What They Make, 2013-14

County and Municipal Payrolls in NYS

by Tim Hoefer and Daniel Russo |  | Reports

Local government is a labor-intensive business, and employee compensation is the single biggest element of most municipal budgets. The 2013-14 edition of What They Make, the Empire Center’s annual report on public payrolls, allows New York taxpayers to compare this key element of local government costs around the state.

The information in this report—broken down by region and by type of government—is based on data submitted annually to the New York State and Local Retirement System (NYSLRS) by all local governments other than New York City. The data do not include job titles, although uniformed police officers and firefighters are classified in the separate Police and Fire Retirement System (PFRS) within NYSLRS. 

The latest county and municipal payroll database includes 2013-14 fiscal year payroll information for full-time and part-time workers actively enrolled in the pension system as of April 25, 2014. The figures used to compute the averages include regular pay, overtime and pay for unused sick and vacation time. It is important to note that the figures do not include pension contributions, health insurance, and other fringe benefits, important elements of compensation that typically can add at least 35 or 40 percent to salary costs.

This report provides a summary analysis of the data, broken down into two categories: “General Employees” and “Police and Fire.”[1] Highlights:

  • New York State’s highest-paid local government employee in 2013-14 was Suffolk County Correction Facility warden Charles Ewald, who collected $414,527.
  • Forty-seven of the state’s 50 highest-paid local employees, all of whom took home more than $250,000 in 2013-14, were employees of a police department or sheriff’s office.
  • The City of Long Beach Police Department, which includes 101 PFRS employees with average pay of $175,536, had 11 employees on the 50 highest-paid list.
  • The highest average salary reported for any group of local employees was the $196,143 collected by the Village of Kings Point’s 22 police officers. 

Information on individual public employee salaries for every year starting in 2008-09 can be found at the Empire Center’s transparency website, www.SeeThroughNY.net.  The site includes a searchable database of 178,490[2] people who collected a total of $9.4 billion in pay from 1,517 local governments outside New York City during the fiscal year ending March 31, 2014. 

Double-dipping?

While employee home addresses and other personal identifying information are appropriately treated as confidential, the pension system does provide original hire dates for each individual on a local payroll. Based on this information, there were hundreds of instances in which the same individual drew a salary from two or more public employers in New York State during 2013-14.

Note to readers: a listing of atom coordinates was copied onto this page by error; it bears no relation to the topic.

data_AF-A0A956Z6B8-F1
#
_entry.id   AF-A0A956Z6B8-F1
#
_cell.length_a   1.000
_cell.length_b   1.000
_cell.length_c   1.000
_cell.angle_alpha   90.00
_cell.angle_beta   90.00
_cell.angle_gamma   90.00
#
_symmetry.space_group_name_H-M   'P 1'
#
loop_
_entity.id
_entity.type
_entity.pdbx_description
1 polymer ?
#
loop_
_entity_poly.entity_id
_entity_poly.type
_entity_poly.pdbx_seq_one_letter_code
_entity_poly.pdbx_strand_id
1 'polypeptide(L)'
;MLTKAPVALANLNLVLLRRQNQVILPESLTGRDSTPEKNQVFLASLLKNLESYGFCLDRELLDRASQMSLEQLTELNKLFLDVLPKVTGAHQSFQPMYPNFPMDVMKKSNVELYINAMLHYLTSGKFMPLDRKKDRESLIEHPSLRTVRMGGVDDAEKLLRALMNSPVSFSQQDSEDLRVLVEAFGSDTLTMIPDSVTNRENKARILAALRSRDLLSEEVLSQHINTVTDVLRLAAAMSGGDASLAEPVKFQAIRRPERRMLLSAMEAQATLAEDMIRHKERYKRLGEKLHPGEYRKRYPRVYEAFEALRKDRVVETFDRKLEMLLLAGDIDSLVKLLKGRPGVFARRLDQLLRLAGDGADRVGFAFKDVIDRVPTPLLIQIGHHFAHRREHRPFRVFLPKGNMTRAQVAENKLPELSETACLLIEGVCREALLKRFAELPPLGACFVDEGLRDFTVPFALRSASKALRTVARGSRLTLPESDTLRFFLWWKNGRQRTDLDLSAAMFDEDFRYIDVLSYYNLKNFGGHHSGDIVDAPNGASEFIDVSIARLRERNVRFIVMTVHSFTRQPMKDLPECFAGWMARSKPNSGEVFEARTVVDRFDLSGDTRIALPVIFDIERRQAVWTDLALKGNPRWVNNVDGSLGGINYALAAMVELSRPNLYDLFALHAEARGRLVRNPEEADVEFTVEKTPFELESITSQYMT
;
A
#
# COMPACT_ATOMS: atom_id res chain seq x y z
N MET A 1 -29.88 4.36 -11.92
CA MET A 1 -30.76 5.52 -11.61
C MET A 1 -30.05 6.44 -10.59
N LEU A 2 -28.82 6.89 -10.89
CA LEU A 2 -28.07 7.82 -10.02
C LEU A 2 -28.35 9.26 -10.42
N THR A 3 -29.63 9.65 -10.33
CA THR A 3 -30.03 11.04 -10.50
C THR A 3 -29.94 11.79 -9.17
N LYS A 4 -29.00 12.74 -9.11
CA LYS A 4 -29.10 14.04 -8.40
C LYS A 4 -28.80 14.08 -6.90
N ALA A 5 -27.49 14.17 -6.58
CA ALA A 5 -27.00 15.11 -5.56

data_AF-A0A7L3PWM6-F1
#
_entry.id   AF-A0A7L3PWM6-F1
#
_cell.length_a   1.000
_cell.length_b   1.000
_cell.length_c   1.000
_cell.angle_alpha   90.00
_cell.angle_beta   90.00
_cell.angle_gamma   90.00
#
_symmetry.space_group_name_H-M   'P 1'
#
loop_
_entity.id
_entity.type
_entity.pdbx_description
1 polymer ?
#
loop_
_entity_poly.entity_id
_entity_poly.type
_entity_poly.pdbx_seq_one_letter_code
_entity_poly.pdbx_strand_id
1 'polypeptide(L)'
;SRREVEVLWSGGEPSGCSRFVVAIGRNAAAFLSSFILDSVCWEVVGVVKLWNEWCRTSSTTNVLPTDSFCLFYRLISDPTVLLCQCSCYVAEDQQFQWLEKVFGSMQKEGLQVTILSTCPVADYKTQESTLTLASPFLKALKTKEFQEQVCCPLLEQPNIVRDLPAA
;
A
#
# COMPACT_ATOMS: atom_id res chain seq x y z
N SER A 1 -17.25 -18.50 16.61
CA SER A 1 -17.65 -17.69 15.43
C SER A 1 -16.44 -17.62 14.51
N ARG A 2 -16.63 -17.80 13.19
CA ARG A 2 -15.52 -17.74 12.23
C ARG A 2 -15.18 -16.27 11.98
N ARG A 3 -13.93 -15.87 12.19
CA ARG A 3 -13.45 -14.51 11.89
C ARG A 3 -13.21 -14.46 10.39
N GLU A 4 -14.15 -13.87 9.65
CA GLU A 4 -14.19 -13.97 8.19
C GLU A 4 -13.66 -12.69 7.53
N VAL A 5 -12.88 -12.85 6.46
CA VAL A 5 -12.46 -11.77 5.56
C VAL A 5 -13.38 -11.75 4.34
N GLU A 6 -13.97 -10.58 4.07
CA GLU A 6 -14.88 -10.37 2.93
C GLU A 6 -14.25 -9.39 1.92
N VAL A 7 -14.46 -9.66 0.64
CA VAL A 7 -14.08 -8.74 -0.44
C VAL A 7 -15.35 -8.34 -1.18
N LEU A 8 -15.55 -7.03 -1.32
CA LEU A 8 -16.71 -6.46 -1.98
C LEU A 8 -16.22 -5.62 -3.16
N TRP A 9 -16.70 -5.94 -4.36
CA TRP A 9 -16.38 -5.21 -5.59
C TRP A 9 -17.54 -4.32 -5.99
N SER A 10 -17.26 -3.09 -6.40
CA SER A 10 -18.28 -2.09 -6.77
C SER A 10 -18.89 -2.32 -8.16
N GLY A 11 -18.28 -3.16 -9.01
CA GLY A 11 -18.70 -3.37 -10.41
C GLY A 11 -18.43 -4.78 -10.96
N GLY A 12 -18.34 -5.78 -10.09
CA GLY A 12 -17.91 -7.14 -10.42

In most cases, the pay amounts reported for individuals listed under multiple employers suggest the person changed jobs during the year, or had multiple part-time jobs at low pay levels. 

In some cases, however, the same person held high-paying jobs with at least two employers.   As originally highlighted in last year’s report, two individuals, Thomas Wood and Lyn Murphy, are the highest-earning double-dippers able to be confirmed by Empire Center research:

  • Wood earned $143,469 as Cortlandt town attorney and $97,500 as East Fishkill town attorney, for total pay of $240,969.[3]
  • Murphy earned $91,990 as a Saratoga County assistant district attorney and $95,346 as town attorney for the town of Halfmoon, for total pay of $187,336. [4]

Download the complete report, What They Make, 2013-14here.

Access the database on SeeThroughNY, here

 


[1] A category labeled “Special Districts,” including library, fire, and other districts, exists on the SeeThroughNY.net database, but is not included in this report because the information provided by the Comptroller does not easily allow for such categorization.

[2] Includes multiple counts of individuals listed with more than one employer.

[3] Wood’s arrangement, which also includes the town of Cortlandt’s payment of rent for his private law office, was detailed in a Journal News article at http://www.lohud.com/article/20130418/NEWS02/304180135/Tax-Watch-Cortlandt-s-deputy-attorney-isn-t-entitled-holiday-pay

[4] Murphy’s dual role was cited in an April 2012 Albany Times Union article: http://www.timesunion.com/local/article/DA-says-no-apparent-crime-in-Halfmoon-3478535.php

- Tim Hoefer is the Executive Director at the Empire Center for Public Policy.

- Daniel Russo is the Research Analyst at the Empire Center for Public Policy.